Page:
How Construction Companies Can Begin Capitalizing on Innovation

construction technologyAs technological innovations continue to surface and present new opportunities, some construction companies might not know where they should focus first. Perhaps that is why, generally speaking, the construction industry lags behind many others on the technology adoption curve.

The thing is, even the smallest of construction companies can leverage some combination of today’s technologies to make impactful gains in their businesses. They just need the right focus and strategic plan.

“Venture capital is already investing nearly $1 billion in technologies related to project and task management, robotics, design, building/project information, data and analytics, inventory and supply chain, financial management and equipment share,” says Gregg Schoppman, a principal with FMI Corporation. “That doesn’t mean you need to make a billion dollar investment in your company alone. But you should look at investing in some innovations that will best suit your company. You can’t just stick your head in the sand and wait to see which ones will still be there a few months from now. Construction leaders have to challenge conventions themselves.”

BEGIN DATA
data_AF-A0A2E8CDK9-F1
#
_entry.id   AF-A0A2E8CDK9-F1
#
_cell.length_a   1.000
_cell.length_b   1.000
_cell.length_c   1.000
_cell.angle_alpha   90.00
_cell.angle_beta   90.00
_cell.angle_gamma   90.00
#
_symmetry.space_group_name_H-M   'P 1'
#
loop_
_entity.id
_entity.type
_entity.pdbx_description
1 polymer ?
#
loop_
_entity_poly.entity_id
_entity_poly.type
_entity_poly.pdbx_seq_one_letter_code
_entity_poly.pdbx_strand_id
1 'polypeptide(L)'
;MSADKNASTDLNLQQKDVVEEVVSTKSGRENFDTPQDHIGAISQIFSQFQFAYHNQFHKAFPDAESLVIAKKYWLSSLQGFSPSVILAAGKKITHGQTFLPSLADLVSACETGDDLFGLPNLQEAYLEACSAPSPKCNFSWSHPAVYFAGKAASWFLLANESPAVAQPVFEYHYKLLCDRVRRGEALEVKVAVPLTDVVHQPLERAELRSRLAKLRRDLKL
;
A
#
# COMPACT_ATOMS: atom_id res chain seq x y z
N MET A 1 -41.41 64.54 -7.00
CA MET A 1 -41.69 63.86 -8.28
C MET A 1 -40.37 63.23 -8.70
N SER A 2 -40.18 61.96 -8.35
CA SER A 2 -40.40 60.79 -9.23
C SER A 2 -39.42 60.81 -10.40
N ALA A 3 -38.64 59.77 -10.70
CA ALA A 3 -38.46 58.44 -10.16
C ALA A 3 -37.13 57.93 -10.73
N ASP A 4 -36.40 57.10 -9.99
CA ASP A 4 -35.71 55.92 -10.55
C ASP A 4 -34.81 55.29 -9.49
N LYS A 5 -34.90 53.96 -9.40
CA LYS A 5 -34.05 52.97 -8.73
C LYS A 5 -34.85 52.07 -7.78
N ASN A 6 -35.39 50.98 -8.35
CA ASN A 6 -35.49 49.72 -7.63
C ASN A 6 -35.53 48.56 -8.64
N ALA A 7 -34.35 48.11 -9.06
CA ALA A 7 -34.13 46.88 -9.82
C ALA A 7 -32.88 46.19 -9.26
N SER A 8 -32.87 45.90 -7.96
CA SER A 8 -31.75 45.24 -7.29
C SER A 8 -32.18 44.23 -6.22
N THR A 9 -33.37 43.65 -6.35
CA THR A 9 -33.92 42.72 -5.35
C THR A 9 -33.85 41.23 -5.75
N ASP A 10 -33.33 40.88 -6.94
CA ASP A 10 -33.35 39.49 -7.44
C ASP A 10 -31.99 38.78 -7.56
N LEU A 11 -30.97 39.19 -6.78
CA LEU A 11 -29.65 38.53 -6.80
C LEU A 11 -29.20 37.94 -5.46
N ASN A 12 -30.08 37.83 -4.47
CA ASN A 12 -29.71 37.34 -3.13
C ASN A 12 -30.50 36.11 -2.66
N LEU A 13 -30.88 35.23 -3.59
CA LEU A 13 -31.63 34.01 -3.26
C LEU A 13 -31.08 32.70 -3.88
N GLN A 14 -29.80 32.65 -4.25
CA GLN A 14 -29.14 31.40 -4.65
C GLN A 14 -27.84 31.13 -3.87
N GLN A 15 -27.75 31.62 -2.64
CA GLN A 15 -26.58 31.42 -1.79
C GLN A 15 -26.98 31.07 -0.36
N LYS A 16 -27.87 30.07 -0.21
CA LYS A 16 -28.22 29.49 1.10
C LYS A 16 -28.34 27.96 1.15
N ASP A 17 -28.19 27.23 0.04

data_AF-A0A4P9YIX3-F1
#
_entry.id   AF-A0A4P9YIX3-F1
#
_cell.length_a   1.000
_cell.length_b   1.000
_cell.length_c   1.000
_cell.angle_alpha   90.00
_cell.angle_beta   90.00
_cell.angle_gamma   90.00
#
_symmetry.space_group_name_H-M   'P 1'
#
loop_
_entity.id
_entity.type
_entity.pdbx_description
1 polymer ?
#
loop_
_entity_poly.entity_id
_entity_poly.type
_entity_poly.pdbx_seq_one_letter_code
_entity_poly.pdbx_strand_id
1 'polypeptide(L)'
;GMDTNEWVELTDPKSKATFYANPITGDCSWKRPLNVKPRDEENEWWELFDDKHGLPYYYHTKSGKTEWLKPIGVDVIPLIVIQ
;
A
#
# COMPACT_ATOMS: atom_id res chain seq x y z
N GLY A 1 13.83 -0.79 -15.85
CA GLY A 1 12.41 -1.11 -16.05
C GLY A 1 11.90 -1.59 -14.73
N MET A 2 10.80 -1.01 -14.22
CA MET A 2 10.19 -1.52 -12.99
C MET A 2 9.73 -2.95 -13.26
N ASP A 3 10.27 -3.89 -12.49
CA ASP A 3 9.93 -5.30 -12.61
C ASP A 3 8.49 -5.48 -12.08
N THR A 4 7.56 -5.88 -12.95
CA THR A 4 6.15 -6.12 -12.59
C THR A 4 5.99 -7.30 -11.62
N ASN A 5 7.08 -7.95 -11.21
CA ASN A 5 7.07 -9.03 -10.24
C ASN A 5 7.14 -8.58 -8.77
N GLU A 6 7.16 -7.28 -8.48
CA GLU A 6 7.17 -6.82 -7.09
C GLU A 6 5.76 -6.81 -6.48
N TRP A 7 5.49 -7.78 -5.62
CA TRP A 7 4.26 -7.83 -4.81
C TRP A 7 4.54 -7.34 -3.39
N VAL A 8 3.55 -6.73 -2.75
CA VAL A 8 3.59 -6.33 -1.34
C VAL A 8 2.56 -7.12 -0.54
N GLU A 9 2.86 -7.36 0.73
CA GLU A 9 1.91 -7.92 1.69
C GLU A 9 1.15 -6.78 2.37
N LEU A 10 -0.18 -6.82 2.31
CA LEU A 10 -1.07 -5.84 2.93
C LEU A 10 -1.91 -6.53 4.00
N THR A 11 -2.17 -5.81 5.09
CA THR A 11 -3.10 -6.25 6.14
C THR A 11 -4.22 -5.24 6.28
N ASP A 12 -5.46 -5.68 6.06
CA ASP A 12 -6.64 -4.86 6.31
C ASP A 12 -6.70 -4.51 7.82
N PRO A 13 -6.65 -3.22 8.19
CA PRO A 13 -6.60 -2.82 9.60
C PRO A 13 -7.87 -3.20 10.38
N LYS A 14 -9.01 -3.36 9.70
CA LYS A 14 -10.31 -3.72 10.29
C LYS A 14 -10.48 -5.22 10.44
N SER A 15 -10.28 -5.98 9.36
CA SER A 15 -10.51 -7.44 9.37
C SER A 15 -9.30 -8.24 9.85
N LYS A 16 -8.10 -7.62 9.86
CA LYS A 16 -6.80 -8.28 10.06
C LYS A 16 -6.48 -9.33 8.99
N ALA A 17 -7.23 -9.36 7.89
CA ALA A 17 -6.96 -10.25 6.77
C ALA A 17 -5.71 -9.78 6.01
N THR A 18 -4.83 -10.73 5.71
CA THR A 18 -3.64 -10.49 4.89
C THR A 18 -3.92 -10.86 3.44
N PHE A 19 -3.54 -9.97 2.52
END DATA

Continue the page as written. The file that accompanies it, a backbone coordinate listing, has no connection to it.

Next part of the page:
Innovation is the Antidote to Workforce Challenges

Many of today’s innovations can help a construction company improve efficiency, safety, decision making and profitability. According to Schoppman, innovations can also become the nucleus for addressing the construction industry’s ongoing labor issues.

If leveraged correctly, several innovations could actually attract better talent to the industry and help drive workforce performance:

  • Autonomous equipment and vehicles
  • Drones
  • Building Information Modeling (BIM)
  • Use of tablets for augmented reality
  • Real-time data to provide true analytics and decision-making capability
  • Telemetry on wearable devices to improve productivity, efficiency and safety
  • QR codes on equipment and helmets to retrieve data like engine hours, when oil change is due, whether an employee went through certain safety training, etc.
  • RFID tags welded into sections of steel to track material from fabricator to jobsite
  • Non-traditional talent development like online learning and virtual reality

“These are all things that will help reshape the construction business,” Schoppman says. “And hopefully, they will also allow this business to continue to be great.”

Overcoming a Culture of Complacency

As industries evolve, companies must evolve with them. The biggest obstacle to embracing innovation is complacency.

“Complacency is an attitude while evolution is an action,” Schoppman says. “Furthermore, evolution isn’t just changing for the sake of change. Evolution is about adapting to a new environment, and with that adaptation comes the opportunity for improvement.”

As Schoppman points out, evolution and innovation really come down to a single word: accountability. When both leadership and employees are accountable for finding new, innovative ways to conduct business, evolution can occur. At the same time, there needs to be accountability with the implementation.